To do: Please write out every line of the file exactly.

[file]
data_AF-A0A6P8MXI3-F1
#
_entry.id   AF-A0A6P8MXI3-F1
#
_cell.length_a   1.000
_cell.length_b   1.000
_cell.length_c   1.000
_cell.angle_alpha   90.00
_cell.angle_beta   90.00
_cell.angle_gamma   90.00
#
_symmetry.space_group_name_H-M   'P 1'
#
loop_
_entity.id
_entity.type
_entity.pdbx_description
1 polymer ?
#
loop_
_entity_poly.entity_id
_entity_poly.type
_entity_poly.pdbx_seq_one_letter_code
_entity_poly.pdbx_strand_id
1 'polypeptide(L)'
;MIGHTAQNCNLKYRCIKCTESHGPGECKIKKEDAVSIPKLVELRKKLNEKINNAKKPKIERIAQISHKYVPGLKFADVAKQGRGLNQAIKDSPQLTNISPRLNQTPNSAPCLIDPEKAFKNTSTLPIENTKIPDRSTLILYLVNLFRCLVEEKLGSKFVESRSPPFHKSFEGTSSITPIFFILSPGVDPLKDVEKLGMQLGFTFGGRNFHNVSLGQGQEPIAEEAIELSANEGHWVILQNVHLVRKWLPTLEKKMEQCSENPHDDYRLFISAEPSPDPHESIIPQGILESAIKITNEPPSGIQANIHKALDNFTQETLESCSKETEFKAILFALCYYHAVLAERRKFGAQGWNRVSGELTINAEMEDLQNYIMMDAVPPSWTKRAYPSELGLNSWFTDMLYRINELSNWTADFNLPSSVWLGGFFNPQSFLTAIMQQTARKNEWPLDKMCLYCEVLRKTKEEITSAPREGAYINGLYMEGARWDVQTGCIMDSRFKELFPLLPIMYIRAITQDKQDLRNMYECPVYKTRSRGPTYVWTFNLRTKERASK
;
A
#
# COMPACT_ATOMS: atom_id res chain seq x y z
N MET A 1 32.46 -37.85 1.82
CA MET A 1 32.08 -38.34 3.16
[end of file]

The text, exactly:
data_AF-A0A6P8MXI3-F1
#
_entry.id   AF-A0A6P8MXI3-F1
#
_cell.length_a   1.000
_cell.length_b   1.000
_cell.length_c   1.000
_cell.angle_alpha   90.00
_cell.angle_beta   90.00
_cell.angle_gamma   90.00
#
_symmetry.space_group_name_H-M   'P 1'
#
loop_
_entity.id
_entity.type
_entity.pdbx_description
1 polymer ?
#
loop_
_entity_poly.entity_id
_entity_poly.type
_entity_poly.pdbx_seq_one_letter_code
_entity_poly.pdbx_strand_id
1 'polypeptide(L)'
;MIGHTAQNCNLKYRCIKCTESHGPGECKIKKEDAVSIPKLVELRKKLNEKINNAKKPKIERIAQISHKYVPGLKFADVAKQGRGLNQAIKDSPQLTNISPRLNQTPNSAPCLIDPEKAFKNTSTLPIENTKIPDRSTLILYLVNLFRCLVEEKLGSKFVESRSPPFHKSFEGTSSITPIFFILSPGVDPLKDVEKLGMQLGFTFGGRNFHNVSLGQGQEPIAEEAIELSANEGHWVILQNVHLVRKWLPTLEKKMEQCSENPHDDYRLFISAEPSPDPHESIIPQGILESAIKITNEPPSGIQANIHKALDNFTQETLESCSKETEFKAILFALCYYHAVLAERRKFGAQGWNRVSGELTINAEMEDLQNYIMMDAVPPSWTKRAYPSELGLNSWFTDMLYRINELSNWTADFNLPSSVWLGGFFNPQSFLTAIMQQTARKNEWPLDKMCLYCEVLRKTKEEITSAPREGAYINGLYMEGARWDVQTGCIMDSRFKELFPLLPIMYIRAITQDKQDLRNMYECPVYKTRSRGPTYVWTFNLRTKERASK
;
A
#
# COMPACT_ATOMS: atom_id res chain seq x y z
N MET A 1 32.46 -37.85 1.82
CA MET A 1 32.08 -38.34 3.16